…. One of the 16 Feit Electric bulbs the Zuerchers bought at Costco did not work at all, they said, and three others died within hours. The bulbs were supposed to burn for 10,000 hours, meaning they should have lasted for years in normal use. “It’s irritating,” Ms. Zuercher said.

Irritation seems to be rising as more consumers try compact fluorescent bulbs, which now occupy 11 percent of the nation’s eligible sockets, with 330 million bulbs sold every year. Consumers are posting vociferous complaints on the Internet after trying the bulbs and finding them lacking.

I have this one light, in my laundry room, that is a combination flood light and fan. I don’t know who thought anyone needed a flood light over my washing machine; maybe this particular fixture was cheaper, or something.

But I can’t have the fan on without the light; that’s what bothers me. The fan is vital, though. I have a cat that is obliged at present to live indoors. That fan helps cycle the most part of her unpleasant odors out of the place. Unfortunately, if I want the fan on, the light is on, too.

Unless it’s burned out.

But it’s the only light in the laundry room.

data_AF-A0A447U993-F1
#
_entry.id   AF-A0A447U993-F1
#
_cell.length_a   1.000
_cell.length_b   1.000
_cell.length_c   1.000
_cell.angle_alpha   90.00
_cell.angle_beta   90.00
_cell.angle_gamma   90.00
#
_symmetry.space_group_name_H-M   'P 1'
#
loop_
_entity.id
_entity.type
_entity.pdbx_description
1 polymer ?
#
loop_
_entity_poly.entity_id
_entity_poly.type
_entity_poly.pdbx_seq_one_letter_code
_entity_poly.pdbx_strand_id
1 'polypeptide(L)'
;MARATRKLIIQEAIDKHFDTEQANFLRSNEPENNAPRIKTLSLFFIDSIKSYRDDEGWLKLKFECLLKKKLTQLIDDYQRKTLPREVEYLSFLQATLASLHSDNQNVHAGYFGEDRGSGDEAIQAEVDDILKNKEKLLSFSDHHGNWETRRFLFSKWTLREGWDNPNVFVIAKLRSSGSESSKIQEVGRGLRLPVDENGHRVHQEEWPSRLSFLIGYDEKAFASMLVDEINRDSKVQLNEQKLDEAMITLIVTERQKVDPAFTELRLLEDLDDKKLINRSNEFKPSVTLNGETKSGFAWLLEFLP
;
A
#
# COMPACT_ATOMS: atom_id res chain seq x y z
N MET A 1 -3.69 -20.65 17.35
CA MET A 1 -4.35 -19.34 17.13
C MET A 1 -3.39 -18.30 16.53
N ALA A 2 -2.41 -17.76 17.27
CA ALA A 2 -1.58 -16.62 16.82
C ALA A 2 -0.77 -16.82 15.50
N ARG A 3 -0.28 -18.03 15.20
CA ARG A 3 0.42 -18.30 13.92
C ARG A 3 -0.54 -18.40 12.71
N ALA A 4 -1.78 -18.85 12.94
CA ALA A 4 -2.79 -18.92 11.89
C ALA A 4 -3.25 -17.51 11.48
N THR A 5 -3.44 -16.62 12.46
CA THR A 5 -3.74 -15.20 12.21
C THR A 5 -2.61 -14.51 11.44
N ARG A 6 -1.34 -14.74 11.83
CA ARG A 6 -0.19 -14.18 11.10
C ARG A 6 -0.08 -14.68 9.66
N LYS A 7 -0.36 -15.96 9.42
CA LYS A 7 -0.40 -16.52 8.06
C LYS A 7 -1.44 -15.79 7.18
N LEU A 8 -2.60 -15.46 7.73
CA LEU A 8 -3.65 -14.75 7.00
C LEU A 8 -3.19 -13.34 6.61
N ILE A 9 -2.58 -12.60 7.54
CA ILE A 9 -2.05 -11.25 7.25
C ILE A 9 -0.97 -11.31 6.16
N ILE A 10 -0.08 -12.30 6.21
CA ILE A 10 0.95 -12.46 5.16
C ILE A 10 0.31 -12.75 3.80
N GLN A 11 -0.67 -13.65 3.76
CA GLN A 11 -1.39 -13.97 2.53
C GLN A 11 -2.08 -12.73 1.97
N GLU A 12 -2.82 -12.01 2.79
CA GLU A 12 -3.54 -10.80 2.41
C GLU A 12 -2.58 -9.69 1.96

Damn it.

I figured to compromise, you know? I need to be able to see; I need that fan on; a compact fluorescent isn’t what I would consider a painful measure. And, hey, the thing is supposed to last ten thousand hours, right? I don’t mind the increased cost when I’m going to get better lifespan out of the product. At least, not the difference between this and an incandescent bulb.

Unfortunately, it’s not meant to be. The shortest-lived light bulb in the house is a compact fluorescent screwed into the socket in my laundry room. It’s not even close. Maybe a thousand hours? Nope. Maybe five hundred.

Maybe five hundred.

I get the idea of CFLs, but we need them to work. That’s all. I’m not going on a crusade here, especially since I’m betting it’s something about the wiring in my building and the particular fixture I’m trying to put these lights into. Still, though, it presents challenges to reducing one of my largest home energy demands, and that’s unfortunate.

To be fair, the CFL in an old floor lamp in my bedroom works just fine.